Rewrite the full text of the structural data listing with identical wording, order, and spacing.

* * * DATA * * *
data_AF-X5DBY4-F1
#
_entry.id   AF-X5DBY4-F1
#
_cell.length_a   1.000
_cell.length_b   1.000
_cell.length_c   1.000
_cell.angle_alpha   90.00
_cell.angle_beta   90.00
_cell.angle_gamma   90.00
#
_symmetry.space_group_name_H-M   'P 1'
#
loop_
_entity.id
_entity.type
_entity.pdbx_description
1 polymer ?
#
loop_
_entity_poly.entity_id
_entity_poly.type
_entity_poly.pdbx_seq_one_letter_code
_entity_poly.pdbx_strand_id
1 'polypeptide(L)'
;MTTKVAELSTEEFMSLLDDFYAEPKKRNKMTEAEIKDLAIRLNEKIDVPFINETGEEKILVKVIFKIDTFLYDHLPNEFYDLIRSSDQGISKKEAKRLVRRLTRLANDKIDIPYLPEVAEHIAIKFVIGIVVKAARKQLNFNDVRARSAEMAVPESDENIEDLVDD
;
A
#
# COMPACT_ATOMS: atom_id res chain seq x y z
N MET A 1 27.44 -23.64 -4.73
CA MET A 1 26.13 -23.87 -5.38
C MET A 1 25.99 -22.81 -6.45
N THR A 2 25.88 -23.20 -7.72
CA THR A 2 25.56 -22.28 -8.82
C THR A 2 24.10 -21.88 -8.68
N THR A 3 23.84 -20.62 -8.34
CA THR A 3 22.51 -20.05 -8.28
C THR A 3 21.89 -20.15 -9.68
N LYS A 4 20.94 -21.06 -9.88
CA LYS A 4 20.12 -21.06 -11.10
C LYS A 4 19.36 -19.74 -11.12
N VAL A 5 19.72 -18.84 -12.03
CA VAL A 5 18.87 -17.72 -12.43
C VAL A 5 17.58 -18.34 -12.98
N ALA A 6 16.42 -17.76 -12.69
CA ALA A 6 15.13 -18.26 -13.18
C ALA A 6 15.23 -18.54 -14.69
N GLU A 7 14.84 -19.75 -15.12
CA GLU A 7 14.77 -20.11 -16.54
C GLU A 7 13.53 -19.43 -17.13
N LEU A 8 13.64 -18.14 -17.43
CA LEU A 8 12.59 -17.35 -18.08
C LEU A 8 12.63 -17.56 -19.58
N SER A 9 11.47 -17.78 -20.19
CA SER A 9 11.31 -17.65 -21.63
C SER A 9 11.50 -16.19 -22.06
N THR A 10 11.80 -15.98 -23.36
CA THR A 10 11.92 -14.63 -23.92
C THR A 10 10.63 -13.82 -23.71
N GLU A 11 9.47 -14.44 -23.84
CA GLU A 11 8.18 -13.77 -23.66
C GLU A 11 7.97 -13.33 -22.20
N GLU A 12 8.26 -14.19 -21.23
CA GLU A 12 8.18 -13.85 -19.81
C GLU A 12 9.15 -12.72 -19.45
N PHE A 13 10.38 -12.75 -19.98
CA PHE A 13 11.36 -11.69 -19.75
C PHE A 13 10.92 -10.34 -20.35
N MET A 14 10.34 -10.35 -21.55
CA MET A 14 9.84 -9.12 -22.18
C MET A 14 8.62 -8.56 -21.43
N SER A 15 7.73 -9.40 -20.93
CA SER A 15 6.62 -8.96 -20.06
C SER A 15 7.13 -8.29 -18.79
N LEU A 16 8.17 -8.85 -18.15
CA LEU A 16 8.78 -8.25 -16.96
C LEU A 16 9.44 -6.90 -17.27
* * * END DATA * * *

data_AF-X5DBY4-F1
#
_entry.id   AF-X5DBY4-F1
#
_cell.length_a   1.000
_cell.length_b   1.000
_cell.length_c   1.000
_cell.angle_alpha   90.00
_cell.angle_beta   90.00
_cell.angle_gamma   90.00
#
_symmetry.space_group_name_H-M   'P 1'
#
loop_
_entity.id
_entity.type
_entity.pdbx_description
1 polymer ?
#
loop_
_entity_poly.entity_id
_entity_poly.type
_entity_poly.pdbx_seq_one_letter_code
_entity_poly.pdbx_strand_id
1 'polypeptide(L)'
;MTTKVAELSTEEFMSLLDDFYAEPKKRNKMTEAEIKDLAIRLNEKIDVPFINETGEEKILVKVIFKIDTFLYDHLPNEFYDLIRSSDQGISKKEAKRLVRRLTRLANDKIDIPYLPEVAEHIAIKFVIGIVVKAARKQLNFNDVRARSAEMAVPESDENIEDLVDD
;
A
#
# COMPACT_ATOMS: atom_id res chain seq x y z
N MET A 1 27.44 -23.64 -4.73
CA MET A 1 26.13 -23.87 -5.38
C MET A 1 25.99 -22.81 -6.45
N THR A 2 25.88 -23.20 -7.72
CA THR A 2 25.56 -22.28 -8.82
C THR A 2 24.10 -21.88 -8.68
N THR A 3 23.84 -20.62 -8.34
CA THR A 3 22.51 -20.05 -8.28
C THR A 3 21.89 -20.15 -9.68
N LYS A 4 20.94 -21.06 -9.88
CA LYS A 4 20.12 -21.06 -11.10
C LYS A 4 19.36 -19.74 -11.12
N VAL A 5 19.72 -18.84 -12.03
CA VAL A 5 18.87 -17.72 -12.43
C VAL A 5 17.58 -18.34 -12.98
N ALA A 6 16.42 -17.76 -12.69
CA ALA A 6 15.13 -18.26 -13.18
C ALA A 6 15.23 -18.54 -14.69
N GLU A 7 14.84 -19.75 -15.12
CA GLU A 7 14.77 -20.11 -16.54
C GLU A 7 13.53 -19.43 -17.13
N LEU A 8 13.64 -18.14 -17.43
CA LEU A 8 12.59 -17.35 -18.08
C LEU A 8 12.63 -17.56 -19.58
N SER A 9 11.47 -17.78 -20.19
CA SER A 9 11.31 -17.65 -21.63
C SER A 9 11.50 -16.19 -22.06
N THR A 10 11.80 -15.98 -23.36
CA THR A 10 11.92 -14.63 -23.92
C THR A 10 10.63 -13.82 -23.71
N GLU A 11 9.47 -14.44 -23.84
CA GLU A 11 8.18 -13.77 -23.66
C GLU A 11 7.97 -13.33 -22.20
N GLU A 12 8.26 -14.19 -21.23
CA GLU A 12 8.18 -13.85 -19.81
C GLU A 12 9.15 -12.72 -19.45
N PHE A 13 10.38 -12.75 -19.98
CA PHE A 13 11.36 -11.69 -19.75
C PHE A 13 10.92 -10.34 -20.35
N MET A 14 10.34 -10.35 -21.55
CA MET A 14 9.84 -9.12 -22.18
C MET A 14 8.62 -8.56 -21.43
N SER A 15 7.73 -9.40 -20.93
CA SER A 15 6.62 -8.96 -20.06
C SER A 15 7.13 -8.29 -18.79
N LEU A 16 8.17 -8.85 -18.15
CA LEU A 16 8.78 -8.25 -16.96
C LEU A 16 9.44 -6.90 -17.27